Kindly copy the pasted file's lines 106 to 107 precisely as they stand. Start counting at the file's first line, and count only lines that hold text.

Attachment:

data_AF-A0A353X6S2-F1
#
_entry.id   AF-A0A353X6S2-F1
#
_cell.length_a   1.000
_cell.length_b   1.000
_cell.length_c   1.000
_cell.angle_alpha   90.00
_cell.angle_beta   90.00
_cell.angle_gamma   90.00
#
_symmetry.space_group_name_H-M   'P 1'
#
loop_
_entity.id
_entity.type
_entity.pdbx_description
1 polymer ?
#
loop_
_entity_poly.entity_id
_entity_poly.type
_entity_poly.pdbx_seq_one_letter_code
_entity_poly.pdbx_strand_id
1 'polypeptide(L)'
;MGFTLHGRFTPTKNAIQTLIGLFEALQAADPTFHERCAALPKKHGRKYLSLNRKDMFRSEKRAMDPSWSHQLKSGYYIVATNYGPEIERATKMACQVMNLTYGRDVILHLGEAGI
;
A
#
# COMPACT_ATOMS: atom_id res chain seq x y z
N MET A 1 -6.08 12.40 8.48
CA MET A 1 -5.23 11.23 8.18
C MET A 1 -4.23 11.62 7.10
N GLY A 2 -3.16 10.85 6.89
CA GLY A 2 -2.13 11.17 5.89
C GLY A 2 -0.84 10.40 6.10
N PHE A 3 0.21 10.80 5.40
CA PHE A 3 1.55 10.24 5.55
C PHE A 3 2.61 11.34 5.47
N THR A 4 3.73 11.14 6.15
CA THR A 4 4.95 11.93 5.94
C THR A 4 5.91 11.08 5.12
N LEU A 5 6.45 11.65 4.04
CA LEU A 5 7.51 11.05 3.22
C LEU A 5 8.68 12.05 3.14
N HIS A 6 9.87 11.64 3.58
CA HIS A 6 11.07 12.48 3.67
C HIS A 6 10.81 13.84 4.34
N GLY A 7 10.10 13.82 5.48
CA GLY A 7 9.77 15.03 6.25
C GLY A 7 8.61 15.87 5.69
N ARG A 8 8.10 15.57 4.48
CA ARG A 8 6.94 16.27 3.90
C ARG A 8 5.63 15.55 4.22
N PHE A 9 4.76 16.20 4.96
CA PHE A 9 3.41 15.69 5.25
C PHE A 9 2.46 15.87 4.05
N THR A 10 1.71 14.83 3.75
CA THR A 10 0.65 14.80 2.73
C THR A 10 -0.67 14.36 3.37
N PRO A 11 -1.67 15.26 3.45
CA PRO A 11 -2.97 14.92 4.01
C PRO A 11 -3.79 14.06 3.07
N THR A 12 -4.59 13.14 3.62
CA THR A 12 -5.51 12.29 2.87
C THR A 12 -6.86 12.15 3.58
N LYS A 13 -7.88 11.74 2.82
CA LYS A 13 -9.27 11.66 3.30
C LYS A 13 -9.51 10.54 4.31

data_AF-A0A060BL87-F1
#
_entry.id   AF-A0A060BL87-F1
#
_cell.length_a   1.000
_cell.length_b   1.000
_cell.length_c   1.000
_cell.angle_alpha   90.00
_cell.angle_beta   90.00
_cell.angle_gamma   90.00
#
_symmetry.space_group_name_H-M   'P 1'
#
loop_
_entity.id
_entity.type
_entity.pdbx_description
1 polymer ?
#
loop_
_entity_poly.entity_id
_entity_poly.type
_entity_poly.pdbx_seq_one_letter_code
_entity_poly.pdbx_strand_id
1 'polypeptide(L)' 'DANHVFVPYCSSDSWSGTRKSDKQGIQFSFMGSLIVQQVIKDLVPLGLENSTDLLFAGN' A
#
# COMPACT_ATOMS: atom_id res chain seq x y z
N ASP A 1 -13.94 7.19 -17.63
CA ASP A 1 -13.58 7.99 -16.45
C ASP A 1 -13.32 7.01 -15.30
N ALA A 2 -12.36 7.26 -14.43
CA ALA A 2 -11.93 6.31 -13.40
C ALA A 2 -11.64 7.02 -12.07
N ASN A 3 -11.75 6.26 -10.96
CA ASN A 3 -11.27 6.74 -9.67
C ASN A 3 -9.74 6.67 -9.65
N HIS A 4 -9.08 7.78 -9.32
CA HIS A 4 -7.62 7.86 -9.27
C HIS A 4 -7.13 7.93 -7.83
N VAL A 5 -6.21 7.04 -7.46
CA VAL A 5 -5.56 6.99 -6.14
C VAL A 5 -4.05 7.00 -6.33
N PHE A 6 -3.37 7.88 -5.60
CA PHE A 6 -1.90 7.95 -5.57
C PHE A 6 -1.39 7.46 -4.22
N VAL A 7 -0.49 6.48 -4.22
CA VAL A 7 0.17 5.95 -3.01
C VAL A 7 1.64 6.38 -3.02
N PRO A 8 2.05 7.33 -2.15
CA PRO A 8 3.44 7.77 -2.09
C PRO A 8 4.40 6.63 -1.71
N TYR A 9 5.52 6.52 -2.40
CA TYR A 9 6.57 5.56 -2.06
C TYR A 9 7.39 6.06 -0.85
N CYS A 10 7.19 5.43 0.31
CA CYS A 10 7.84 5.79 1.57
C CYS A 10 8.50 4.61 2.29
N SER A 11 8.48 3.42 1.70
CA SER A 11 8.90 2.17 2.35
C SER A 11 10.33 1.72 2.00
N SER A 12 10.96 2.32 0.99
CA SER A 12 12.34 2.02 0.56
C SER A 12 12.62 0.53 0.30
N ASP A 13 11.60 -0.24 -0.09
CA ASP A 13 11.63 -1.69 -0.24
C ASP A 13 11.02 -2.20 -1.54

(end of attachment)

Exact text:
N HIS A 4 -9.08 7.78 -9.32
CA HIS A 4 -7.62 7.86 -9.27